Well+Good

A new reason to up your meal-prep game: Harmful chemicals may be more likely in takeout

Photo: Stocksy/Guille Faingold

The world of takeout has made a lot of healthy strides since the old days of greasy-pizza-or-nothing offerings—thanks to the advent of Seamless, Uber Eats, and other restaurant-delivery services that have vastly expanded options to include wholesome, green, and vegan menus, dining out (or, technically, in—from your couch). But a new study claims that eating meals prepared in restaurant kitchens—be it fast food or otherwise—could add harmful phthalates to your body.

Really quick refresher: Phthalates are a type of chemical commonly found in food packaging and processing products (things like to-go boxes, food-handling gloves, and more), and the National Academies of Sciences has reported they can wreak havoc on humans’ reproductive hormones. (They have been linked to such health issues as cancer, diabetes, and infertility.) So, obviously, it makes most sense to avoid ’em.

The study, published in Environment International, used data from 10,253 participants collected by the National Health and Nutrition Examination Survey (NHANES) between 2005 and 2014 and found that participants who said they had dined out in the past 24 hours had 35 percent higher levels of phthalates (urine samples from each participant were tested) than those who didn’t, Science Daily reported. That number is actually higher for pregnant women, children, and teens, lead author Julia Varshavsky, PhD, told Science Daily, and alarmingly, adolescents who were “high consumers” of restaurant food had 55 percent higher phthalate levels than those who made their own meals did.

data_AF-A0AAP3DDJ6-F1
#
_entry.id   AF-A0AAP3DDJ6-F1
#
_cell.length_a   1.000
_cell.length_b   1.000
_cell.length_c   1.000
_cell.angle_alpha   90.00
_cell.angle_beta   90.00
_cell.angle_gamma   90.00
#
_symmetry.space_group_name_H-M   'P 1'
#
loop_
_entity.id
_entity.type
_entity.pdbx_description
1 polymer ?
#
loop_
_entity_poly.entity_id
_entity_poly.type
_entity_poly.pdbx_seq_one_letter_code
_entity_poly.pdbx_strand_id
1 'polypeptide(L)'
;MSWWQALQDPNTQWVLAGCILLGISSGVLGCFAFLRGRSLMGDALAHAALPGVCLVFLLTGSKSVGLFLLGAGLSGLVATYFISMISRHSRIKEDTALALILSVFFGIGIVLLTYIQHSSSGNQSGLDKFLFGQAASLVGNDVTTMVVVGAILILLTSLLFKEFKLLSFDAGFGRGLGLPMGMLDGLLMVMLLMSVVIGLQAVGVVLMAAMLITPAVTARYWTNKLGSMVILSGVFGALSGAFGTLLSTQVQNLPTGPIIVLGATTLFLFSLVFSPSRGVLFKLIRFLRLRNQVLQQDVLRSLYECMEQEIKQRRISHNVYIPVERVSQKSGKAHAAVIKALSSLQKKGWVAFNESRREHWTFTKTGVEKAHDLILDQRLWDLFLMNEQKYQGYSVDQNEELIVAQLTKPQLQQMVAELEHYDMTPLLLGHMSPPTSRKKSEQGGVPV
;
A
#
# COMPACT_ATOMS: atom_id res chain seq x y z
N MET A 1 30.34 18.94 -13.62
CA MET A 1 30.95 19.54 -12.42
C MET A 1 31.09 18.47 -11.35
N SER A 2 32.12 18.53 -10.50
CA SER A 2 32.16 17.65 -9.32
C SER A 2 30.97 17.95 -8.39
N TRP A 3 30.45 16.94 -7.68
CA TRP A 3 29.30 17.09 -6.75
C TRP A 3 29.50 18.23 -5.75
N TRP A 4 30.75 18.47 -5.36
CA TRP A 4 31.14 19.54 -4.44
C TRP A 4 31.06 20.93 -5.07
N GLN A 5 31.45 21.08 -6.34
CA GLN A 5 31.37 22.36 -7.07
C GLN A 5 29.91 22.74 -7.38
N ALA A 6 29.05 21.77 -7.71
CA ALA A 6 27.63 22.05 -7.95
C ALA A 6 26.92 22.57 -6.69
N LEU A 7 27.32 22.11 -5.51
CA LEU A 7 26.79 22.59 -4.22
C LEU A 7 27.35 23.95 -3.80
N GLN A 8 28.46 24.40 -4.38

“This study suggests food prepared at home is less likely to contain high levels of phthalates, chemicals linked to fertility problems, pregnancy complications and other health issues.” —senior study author Ami Zota, doctor of science

Although other studies have touched on the relationship between fast food and phthalates, Science Daily reported that this is the first to examine the relationship between phthalates and all restaurants, not just fast food.

“This study suggests food prepared at home is less likely to contain high levels of phthalates,” senior author Ami Zota, ScD, MS, an assistant professor of environmental and occupational health at George Washington University, told Science Daily.

So aside from the practice saving you a massive amount of money, consider this yet another reason to seriously focus on meal prep and home cooking.

Grocery shopping has never been more convenient now that Costco and Walmart are bringing groceries to your door, so why not cook at home?